California Supreme Court Steams Forward to Implement SB 10 and Risk Assessments Despite Calls by Prominent Academics from Coast to Coast to Stop
As the fate of Senate Bill 10 remains on hold until a referendum vote at the ballot box in November of 2020, the California Supreme Court has decided to move forward to implement the policies of SB-10 and are using $68 million dollars of taxpayer money to do it.
If you give the courts money, even it if will make the situation worse, you can bet one thing: they are going to spend it. In this case, the California Judicial Council last week approved $68 million in funding approved pilot projects to implement policies that not only have been accused of increasing mass incarceration, but that are fatally flawed and may also increase racial disparities in the criminal justice system. Los Angeles County is one of the pilot projects sights, and regardless of what academia or the public thinks, it seems a done deal that Los Angeles County will once again implement a system of algorithmic injustice as a “solution” rather than spending the money on things like prevention programs or addressing the homelessness crisis that is overwhelming the city.
In fact, both the California Judicial Council and the Los Angeles County Board of Supervisors received letters on July 17, 2019 from 27 prominent academics from coast-to-coast that instructed them to stop the pretrial risk assessment movement. What did they do? Ignore it. The shared statement was devastating to the risk assessment “computer will fix everything” movement. Said the statement:
We include with this letter a statement outlining some fundamental flaws with pretrial risk assessments and the negative consequences that their use will invite. We have closely watched the development and deployment of pretrial risk assessment tools, conducted research, and carefully studied others’ research in this field. Although pretrial risk assessment tools are often promoted as an essential part of bail reform that can help judges make more informed and objective pretrial decisions, these tools suffer from serious methodological flaws that undermine their accuracy and effectiveness. As a result, pretrial risk assessments do not increase the likelihood of better pretrial outcomes, much less guarantee them.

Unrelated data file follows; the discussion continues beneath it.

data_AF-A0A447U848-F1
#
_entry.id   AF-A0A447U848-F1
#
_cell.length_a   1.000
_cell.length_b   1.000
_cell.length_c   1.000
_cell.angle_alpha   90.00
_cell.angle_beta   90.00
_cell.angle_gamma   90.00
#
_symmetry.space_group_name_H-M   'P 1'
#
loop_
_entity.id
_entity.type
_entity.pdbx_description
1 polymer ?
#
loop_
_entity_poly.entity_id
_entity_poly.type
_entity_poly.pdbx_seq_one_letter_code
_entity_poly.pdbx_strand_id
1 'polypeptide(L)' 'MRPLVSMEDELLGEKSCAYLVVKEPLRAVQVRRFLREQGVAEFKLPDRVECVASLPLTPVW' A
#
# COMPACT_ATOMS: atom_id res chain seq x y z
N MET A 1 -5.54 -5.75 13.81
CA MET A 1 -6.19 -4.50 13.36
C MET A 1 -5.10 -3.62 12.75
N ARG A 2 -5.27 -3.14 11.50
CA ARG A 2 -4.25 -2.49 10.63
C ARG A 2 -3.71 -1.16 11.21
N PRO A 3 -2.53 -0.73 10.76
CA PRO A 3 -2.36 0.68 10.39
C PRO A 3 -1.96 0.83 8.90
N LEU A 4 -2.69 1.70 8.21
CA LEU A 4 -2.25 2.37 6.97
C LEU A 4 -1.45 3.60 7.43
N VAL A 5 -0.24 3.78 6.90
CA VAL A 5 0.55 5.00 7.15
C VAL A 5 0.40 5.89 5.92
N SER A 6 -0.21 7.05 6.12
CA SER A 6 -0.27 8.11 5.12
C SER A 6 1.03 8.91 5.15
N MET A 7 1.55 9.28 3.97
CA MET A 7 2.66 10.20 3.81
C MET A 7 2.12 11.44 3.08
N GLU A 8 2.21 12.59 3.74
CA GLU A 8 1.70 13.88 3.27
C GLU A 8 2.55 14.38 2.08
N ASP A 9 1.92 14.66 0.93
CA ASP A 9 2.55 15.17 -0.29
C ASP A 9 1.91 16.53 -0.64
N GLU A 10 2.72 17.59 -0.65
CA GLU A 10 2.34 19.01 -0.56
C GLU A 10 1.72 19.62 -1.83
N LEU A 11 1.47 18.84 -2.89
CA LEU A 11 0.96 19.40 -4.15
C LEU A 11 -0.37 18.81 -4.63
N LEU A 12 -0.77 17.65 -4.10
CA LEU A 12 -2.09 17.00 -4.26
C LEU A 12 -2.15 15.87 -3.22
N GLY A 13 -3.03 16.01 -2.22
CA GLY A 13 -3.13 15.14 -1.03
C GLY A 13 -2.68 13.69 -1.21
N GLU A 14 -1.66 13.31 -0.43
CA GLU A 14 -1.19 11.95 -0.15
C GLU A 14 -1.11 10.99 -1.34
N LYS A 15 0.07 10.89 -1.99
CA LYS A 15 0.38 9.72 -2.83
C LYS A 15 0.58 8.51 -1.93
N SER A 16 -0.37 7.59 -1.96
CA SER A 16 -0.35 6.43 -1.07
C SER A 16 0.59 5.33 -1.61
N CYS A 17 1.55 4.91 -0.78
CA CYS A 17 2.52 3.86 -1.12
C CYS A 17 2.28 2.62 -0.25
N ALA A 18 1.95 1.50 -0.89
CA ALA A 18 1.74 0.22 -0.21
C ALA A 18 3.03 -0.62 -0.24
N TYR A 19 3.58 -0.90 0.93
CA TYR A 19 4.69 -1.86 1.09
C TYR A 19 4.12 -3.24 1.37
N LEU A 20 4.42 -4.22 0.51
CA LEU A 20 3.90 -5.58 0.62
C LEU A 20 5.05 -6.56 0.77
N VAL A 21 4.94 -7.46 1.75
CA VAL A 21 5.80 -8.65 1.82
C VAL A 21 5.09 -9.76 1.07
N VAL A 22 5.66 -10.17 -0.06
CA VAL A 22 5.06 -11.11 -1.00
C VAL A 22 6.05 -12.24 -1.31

As the statement details, the technical problems cannot be readily resolved – indeed, they are as much problems of theory as of implementation. Other reforms must be considered to improve pretrial justice in Los Angeles county.
Ignoring calls to stop the use of black-box risk tools is nothing new in California. The California Judicial Council also ignored the calls of 80 digital groups, including civil society groups, corporate developers and users of AI, and numerous academic artificial intelligence labs, who cautioned against the use of such algorithms. Said the 80 digital groups:
Using risk assessment tools to make fair decisions about human liberty would require solving deep ethical, technical, and statistical challenges, including ensuring that the tools are designed and built to mitigate bias at both the model and data layers, and that proper protocols are in place to promote transparency and accountability. The tools currently available and under consideration for widespread use suffer from several of these failures.
To add insult to injury, the legislature and the Governor knew darned well that these risk assessments were flawed when they passed Senate Bill 10 but then followed it up with this pretrial funding request. They were well aware of the flaws because the Leadership Conference on Civil Rights in the summer of 2018 came out against these risk assessments, as did over 50 civil rights groups in California. No worries—we are right because we say we are.
RELATED: ACLU of California Changes Position to Oppose Bail Reform Legislation
The pending outcome is clear – and we forecast the Los Angeles County Board of Supervisors will continue this algorithmic injustice process, because, well, it’s free to trammel on the basic civil liberties of people and ignore victims of crime in the process.